I am worried about this threatening war between Zambia and South Africa. Immediately after writing our last examination in December, the military cars will come to collect us and take us for tough military training for six months, and I fear war may break out and we will be the first victims. But as a man I must not get worried, it's just a matter of preparation under God's care. As a liberator for my other suffering brothers and sisters, I must face it.
* * *
Lusaka, the cap ital city of Zambia
1 July 1982
I write this letter in Lusaka, the capital city of Zambia, where I went in search for employment after finishing my secondary school in Mapanza.
Perhaps I haven't told you about my examination results. Surely, I did a bit well. I got a full general school certificate recommended internationally, but unfortunately I didn't qualify for my profession to study medicine. I was disqualified with only one subject. I misfired mathematics, but I am planning to go for it again and have a good pass.
One surprising thing I noticed recently is this: There were four other boys in my class, and definitely they did not pass the final examination, but to my surprise they have been sponsored to study abroad in different fields, whilst some of us, with the right qualifications, we are just left like waste materials. Through good investigations I discovered that the top man in that company, which sponsored them, was their relative. I have come to understand that qualifications for employment, or for scholarships abroad, here in Zambia is according to the number of bosses you have in the government companies—but what about some of us who have no one? The answer is: we are the victims of poverty, disease and hunger. What surprises me is that Zambia has become a society of classes—we are no longer one.
Another amazing thing I have noticed is, that those who have what they need for their lives are being given more, and some of us who have little for our lives, our needs are being taken away, and we remain with nothing. When I see corruption, due to nepotism, rising so rapidly, surely it leaves me with no words.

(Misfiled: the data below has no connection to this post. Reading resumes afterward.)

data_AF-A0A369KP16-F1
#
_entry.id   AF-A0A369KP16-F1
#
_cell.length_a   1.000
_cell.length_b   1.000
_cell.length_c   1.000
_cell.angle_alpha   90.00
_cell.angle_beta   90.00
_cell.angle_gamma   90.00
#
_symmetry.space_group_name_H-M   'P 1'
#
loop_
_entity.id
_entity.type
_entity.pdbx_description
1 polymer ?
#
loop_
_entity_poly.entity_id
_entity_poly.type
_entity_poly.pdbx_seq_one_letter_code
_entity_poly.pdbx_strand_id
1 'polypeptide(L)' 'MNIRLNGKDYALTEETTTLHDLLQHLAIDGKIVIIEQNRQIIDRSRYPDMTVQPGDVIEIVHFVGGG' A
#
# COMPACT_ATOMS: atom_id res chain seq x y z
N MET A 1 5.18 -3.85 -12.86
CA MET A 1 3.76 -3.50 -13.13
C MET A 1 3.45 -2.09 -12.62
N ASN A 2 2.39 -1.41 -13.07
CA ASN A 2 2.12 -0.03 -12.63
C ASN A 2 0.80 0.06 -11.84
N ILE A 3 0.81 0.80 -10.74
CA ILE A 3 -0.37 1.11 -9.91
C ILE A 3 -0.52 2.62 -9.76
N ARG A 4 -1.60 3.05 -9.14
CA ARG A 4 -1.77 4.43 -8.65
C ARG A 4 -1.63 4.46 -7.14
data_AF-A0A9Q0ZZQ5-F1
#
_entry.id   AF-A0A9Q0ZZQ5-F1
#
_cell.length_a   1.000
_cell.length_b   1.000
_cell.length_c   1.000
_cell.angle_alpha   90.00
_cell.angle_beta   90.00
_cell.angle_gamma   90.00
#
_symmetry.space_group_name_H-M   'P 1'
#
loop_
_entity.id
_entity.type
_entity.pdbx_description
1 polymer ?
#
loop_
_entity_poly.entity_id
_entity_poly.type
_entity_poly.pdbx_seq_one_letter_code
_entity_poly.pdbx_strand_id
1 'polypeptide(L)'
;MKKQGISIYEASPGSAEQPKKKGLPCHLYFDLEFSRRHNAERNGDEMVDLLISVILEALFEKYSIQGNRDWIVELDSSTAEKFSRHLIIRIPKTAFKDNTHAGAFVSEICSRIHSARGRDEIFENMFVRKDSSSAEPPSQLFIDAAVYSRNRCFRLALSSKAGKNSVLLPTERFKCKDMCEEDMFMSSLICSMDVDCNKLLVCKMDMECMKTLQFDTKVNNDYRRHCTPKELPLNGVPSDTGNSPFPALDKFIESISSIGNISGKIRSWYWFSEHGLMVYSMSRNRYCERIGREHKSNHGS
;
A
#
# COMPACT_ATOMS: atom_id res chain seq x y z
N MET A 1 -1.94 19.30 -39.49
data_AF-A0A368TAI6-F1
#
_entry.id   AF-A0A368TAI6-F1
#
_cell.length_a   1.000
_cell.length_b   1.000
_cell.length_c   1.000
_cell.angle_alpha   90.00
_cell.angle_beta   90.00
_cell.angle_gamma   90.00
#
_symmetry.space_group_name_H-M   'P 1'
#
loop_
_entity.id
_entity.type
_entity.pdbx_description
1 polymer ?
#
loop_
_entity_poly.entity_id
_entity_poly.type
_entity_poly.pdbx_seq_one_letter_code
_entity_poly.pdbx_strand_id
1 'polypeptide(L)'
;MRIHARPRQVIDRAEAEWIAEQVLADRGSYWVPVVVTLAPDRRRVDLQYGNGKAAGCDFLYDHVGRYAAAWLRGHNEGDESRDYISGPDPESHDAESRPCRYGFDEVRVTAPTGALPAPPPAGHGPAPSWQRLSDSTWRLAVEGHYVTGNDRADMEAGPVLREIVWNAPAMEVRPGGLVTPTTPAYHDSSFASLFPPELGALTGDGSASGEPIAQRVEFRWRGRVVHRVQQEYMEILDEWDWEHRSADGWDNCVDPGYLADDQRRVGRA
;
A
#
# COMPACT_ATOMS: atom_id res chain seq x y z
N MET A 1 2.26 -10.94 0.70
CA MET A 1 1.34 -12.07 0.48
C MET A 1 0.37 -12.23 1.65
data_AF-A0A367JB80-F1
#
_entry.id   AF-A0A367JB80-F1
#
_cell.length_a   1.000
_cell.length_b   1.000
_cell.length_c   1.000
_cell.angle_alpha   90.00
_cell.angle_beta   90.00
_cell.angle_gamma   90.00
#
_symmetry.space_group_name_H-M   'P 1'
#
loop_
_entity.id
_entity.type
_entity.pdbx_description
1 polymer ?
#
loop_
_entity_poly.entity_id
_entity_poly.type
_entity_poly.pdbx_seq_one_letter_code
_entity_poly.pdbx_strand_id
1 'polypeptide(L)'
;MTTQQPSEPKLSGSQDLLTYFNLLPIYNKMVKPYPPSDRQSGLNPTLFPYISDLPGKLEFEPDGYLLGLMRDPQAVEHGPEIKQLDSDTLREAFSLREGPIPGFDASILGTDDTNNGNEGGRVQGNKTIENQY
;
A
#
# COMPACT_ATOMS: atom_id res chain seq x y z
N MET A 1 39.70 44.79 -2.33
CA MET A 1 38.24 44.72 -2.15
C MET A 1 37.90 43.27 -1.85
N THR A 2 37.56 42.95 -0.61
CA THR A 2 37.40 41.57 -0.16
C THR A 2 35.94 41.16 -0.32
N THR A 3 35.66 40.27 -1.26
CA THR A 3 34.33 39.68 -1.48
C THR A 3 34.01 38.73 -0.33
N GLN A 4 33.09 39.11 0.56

Now, what I have to say is, all is not well in Zambia. We, the spectators, see the ship steering in the wrong course and I hope there will be changes or else it is a disaster. I still keep on going with my struggles for existence. We shall end where we shall end—nobody knows, only the Creator, it is really beyond my thinking capacity
While I was waiting for results of my final exams I thought of getting a job in order to get a little money for buying clothes, and for transport when I go searching for jobs, but I failed. I am still moving from place to place in search for employment, thinking of your daughter. She is a woman I will never forget, she is no longer separate from the pulsation my heart.
Dixon Kelvin Chimuka Sikabota
Cousin Gordon's farm
In December 1982 Chimuka is still in Lusaka searching for employment while Sara is preparing to leave her house in Mapanza, hoping to see Chimuka once more before she leaves Zambia.
* * *
Mkushi 20 September 1983
I write this letter in Mkushi in the central province of Zambia and I sincerely apologize for a long silence due to circumstances beyond my human control.
During my relentless search for a better living, which hardly gave me an hour to think normally, it worried my heart and troubled my mind and I failed to communicate with you. It has been a grim struggle on my part.